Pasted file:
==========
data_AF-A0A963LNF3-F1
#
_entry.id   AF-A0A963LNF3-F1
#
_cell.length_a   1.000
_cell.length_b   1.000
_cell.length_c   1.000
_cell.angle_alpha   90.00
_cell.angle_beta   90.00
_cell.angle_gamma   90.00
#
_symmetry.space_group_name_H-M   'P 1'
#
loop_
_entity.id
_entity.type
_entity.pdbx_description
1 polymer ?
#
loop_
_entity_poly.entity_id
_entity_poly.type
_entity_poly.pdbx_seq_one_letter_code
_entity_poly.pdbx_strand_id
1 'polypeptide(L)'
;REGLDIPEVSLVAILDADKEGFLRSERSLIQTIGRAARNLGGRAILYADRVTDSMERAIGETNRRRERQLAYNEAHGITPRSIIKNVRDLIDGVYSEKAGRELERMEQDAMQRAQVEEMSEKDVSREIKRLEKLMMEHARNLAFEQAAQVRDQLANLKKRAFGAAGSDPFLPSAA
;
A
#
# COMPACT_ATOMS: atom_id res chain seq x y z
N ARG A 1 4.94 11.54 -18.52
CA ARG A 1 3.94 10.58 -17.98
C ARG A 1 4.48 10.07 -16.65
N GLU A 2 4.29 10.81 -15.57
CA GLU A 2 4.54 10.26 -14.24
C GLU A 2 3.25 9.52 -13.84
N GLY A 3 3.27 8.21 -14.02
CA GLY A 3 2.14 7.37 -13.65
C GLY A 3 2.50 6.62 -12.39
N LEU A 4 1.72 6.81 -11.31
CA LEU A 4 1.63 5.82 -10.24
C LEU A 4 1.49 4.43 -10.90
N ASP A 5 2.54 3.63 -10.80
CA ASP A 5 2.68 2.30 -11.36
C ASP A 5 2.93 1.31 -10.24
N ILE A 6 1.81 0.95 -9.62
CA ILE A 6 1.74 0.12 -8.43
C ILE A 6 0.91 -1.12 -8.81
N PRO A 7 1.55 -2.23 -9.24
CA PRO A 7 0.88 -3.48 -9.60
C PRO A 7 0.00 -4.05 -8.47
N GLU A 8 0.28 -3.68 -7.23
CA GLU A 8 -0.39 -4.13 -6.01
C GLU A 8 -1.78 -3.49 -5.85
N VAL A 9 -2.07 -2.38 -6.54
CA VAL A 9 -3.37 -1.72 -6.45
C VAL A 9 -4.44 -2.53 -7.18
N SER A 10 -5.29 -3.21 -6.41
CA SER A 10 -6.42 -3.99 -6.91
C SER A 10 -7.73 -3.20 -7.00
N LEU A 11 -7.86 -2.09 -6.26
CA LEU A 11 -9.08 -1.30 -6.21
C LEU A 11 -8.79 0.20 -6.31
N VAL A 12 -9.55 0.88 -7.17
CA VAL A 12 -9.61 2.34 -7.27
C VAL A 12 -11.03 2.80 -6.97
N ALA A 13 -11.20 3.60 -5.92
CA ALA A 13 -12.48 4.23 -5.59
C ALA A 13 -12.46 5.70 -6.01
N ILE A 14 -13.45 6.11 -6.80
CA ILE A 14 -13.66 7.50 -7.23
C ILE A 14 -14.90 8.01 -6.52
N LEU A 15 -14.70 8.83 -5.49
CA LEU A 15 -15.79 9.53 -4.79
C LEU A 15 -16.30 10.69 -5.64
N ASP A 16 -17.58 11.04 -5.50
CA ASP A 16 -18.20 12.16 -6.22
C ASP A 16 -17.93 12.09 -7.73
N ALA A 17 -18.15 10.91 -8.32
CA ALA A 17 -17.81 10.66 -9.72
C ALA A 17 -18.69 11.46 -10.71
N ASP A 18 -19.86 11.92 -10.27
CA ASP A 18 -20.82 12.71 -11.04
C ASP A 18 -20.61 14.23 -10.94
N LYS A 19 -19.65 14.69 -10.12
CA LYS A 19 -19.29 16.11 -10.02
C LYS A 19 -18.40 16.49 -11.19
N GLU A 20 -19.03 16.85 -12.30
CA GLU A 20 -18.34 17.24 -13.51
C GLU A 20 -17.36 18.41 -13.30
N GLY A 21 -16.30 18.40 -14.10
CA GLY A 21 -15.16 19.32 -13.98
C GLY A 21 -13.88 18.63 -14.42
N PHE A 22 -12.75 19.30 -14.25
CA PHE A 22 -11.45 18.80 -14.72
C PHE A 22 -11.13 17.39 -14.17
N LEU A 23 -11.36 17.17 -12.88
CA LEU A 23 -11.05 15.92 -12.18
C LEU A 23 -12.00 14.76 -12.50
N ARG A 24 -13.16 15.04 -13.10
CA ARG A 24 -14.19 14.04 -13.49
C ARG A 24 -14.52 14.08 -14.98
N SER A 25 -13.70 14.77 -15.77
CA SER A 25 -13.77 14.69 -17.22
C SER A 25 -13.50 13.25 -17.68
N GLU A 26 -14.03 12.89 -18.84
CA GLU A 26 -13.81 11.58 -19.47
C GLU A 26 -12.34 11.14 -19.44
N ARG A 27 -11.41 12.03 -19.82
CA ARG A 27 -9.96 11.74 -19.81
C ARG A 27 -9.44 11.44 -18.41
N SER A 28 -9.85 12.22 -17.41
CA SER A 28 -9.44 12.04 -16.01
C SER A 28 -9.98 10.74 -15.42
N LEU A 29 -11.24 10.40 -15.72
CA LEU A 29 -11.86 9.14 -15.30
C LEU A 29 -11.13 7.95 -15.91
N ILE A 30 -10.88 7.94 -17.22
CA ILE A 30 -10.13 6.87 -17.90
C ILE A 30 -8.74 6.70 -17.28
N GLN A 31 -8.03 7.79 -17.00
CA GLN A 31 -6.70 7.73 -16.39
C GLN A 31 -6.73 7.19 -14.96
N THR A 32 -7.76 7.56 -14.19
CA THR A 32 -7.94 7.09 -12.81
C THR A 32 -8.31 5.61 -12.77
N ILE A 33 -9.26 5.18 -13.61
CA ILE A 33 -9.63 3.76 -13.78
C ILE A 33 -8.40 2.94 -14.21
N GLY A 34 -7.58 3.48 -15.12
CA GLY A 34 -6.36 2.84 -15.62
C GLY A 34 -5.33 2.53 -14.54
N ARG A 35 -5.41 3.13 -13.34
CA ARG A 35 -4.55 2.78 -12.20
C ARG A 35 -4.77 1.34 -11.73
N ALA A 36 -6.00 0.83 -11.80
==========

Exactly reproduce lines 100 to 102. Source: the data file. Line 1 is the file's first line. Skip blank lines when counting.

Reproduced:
N ARG A 24 -13.16 15.04 -13.10
CA ARG A 24 -14.19 14.04 -13.49
C ARG A 24 -14.52 14.08 -14.98